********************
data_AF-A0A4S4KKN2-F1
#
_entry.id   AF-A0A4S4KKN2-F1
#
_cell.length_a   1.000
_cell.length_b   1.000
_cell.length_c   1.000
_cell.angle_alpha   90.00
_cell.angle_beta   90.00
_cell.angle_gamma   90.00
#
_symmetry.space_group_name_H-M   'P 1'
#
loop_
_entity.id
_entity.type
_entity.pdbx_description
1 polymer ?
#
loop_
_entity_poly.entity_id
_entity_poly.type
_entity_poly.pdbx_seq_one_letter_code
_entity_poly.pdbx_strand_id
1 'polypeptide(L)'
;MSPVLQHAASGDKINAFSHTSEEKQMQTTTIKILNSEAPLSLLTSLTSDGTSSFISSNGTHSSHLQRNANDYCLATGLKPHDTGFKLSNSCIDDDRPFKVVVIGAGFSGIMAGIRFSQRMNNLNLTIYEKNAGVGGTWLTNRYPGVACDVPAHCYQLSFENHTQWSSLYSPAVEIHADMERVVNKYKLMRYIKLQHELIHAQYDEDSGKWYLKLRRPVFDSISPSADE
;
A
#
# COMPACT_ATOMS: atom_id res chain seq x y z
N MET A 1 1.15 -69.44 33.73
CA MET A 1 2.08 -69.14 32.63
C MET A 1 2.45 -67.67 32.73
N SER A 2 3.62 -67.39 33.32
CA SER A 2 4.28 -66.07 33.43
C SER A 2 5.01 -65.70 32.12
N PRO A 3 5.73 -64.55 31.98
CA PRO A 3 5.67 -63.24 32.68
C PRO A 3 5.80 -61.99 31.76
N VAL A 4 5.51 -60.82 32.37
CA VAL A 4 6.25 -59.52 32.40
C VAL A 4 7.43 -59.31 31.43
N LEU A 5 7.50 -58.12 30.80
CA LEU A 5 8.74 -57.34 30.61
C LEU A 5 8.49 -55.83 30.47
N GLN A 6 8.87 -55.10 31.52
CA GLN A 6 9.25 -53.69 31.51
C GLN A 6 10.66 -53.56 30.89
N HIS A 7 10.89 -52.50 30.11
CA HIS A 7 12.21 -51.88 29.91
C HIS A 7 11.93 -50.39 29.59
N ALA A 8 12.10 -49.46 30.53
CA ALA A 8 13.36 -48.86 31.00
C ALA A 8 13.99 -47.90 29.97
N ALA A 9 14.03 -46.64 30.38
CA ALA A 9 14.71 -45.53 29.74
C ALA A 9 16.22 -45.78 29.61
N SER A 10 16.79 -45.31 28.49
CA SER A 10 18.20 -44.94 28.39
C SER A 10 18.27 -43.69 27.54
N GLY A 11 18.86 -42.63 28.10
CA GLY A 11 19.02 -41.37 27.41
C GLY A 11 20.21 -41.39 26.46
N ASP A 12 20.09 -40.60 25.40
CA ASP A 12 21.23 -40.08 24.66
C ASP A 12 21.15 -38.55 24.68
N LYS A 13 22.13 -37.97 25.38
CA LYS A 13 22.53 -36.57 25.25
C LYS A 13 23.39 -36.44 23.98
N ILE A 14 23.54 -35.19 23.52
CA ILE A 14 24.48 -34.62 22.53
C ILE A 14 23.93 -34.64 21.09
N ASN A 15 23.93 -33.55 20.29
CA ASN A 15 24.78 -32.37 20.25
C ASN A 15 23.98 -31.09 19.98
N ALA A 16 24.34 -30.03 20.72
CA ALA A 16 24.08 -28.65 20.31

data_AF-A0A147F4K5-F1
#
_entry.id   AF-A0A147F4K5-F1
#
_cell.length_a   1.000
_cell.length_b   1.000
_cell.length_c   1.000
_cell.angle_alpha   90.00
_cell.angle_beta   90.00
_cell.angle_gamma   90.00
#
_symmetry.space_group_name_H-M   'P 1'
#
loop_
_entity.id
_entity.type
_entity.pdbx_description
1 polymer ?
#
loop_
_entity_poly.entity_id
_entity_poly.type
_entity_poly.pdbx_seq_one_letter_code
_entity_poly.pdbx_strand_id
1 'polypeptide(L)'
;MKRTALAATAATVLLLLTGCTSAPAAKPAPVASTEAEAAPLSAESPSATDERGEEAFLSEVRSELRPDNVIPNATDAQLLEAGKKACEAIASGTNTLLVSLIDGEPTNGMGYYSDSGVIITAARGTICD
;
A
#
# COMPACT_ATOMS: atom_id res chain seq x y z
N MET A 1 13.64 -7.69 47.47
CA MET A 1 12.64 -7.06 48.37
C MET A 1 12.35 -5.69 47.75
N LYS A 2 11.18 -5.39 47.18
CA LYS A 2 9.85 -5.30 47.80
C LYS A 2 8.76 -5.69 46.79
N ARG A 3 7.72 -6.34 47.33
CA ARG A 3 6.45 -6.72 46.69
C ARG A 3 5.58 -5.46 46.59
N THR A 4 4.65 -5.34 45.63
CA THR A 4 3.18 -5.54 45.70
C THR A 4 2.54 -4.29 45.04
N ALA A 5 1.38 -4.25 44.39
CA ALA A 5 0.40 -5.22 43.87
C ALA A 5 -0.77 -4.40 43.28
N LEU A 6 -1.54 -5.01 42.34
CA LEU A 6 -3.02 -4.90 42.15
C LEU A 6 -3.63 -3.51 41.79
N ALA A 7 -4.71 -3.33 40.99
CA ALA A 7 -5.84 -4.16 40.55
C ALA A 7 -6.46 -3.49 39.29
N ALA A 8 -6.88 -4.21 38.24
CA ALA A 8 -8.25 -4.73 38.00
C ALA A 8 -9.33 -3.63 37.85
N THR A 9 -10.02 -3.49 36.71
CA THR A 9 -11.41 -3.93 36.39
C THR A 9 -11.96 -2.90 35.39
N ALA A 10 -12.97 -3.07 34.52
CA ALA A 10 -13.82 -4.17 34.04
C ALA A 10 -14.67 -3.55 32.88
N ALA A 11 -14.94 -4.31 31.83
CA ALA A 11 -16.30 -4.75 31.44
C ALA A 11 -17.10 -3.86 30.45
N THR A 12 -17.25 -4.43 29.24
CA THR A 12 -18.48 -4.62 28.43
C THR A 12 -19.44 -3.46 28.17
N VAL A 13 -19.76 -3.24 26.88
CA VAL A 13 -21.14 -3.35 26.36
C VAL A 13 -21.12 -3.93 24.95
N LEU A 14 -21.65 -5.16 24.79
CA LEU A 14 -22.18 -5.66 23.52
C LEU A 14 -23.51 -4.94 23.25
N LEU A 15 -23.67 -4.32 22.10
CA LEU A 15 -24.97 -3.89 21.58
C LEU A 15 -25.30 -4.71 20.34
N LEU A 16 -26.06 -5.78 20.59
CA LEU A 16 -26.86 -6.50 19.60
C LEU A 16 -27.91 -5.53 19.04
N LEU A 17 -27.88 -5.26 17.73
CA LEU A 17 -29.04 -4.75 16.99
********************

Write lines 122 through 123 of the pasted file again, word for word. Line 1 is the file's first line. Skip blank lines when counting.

C ALA A 5 -0.77 -4.40 43.28
N LEU A 6 -1.54 -5.01 42.34